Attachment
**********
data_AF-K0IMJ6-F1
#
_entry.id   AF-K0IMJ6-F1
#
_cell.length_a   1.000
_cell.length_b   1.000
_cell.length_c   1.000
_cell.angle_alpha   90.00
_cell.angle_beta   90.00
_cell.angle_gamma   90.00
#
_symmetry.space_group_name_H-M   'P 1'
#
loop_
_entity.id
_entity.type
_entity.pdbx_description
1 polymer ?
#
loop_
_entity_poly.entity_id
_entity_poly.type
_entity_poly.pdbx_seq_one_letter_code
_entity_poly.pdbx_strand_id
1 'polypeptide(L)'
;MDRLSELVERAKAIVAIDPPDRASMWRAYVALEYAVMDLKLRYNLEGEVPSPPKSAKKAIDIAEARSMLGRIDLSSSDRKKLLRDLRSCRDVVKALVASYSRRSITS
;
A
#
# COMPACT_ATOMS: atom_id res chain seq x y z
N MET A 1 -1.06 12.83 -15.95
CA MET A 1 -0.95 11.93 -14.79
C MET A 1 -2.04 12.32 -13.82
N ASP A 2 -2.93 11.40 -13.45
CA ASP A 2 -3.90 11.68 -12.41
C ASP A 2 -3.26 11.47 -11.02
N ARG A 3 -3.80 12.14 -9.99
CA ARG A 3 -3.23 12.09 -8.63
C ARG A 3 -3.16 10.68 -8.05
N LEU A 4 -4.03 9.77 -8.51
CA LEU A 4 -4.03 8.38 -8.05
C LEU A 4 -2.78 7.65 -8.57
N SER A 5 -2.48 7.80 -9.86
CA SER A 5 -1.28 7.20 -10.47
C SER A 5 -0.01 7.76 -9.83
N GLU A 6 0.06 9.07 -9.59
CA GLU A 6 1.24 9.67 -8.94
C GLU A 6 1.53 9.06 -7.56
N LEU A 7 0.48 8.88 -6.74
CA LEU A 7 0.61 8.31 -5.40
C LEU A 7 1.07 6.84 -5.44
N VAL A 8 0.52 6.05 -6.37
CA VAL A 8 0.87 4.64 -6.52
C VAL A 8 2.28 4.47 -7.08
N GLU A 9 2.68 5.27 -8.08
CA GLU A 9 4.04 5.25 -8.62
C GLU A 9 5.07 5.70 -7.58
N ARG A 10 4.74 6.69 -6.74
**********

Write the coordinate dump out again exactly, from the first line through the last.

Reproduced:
data_AF-K0IMJ6-F1
#
_entry.id   AF-K0IMJ6-F1
#
_cell.length_a   1.000
_cell.length_b   1.000
_cell.length_c   1.000
_cell.angle_alpha   90.00
_cell.angle_beta   90.00
_cell.angle_gamma   90.00
#
_symmetry.space_group_name_H-M   'P 1'
#
loop_
_entity.id
_entity.type
_entity.pdbx_description
1 polymer ?
#
loop_
_entity_poly.entity_id
_entity_poly.type
_entity_poly.pdbx_seq_one_letter_code
_entity_poly.pdbx_strand_id
1 'polypeptide(L)'
;MDRLSELVERAKAIVAIDPPDRASMWRAYVALEYAVMDLKLRYNLEGEVPSPPKSAKKAIDIAEARSMLGRIDLSSSDRKKLLRDLRSCRDVVKALVASYSRRSITS
;
A
#
# COMPACT_ATOMS: atom_id res chain seq x y z
N MET A 1 -1.06 12.83 -15.95
CA MET A 1 -0.95 11.93 -14.79
C MET A 1 -2.04 12.32 -13.82
N ASP A 2 -2.93 11.40 -13.45
CA ASP A 2 -3.90 11.68 -12.41
C ASP A 2 -3.26 11.47 -11.02
N ARG A 3 -3.80 12.14 -9.99
CA ARG A 3 -3.23 12.09 -8.63
C ARG A 3 -3.16 10.68 -8.05
N LEU A 4 -4.03 9.77 -8.51
CA LEU A 4 -4.03 8.38 -8.05
C LEU A 4 -2.78 7.65 -8.57
N SER A 5 -2.48 7.80 -9.86
CA SER A 5 -1.28 7.20 -10.47
C SER A 5 -0.01 7.76 -9.83
N GLU A 6 0.06 9.07 -9.59
CA GLU A 6 1.24 9.67 -8.94
C GLU A 6 1.53 9.06 -7.56
N LEU A 7 0.48 8.88 -6.74
CA LEU A 7 0.61 8.31 -5.40
C LEU A 7 1.07 6.84 -5.44
N VAL A 8 0.52 6.05 -6.37
CA VAL A 8 0.87 4.64 -6.52
C VAL A 8 2.28 4.47 -7.08
N GLU A 9 2.68 5.27 -8.08
CA GLU A 9 4.04 5.25 -8.62
C GLU A 9 5.07 5.70 -7.58
N ARG A 10 4.74 6.69 -6.74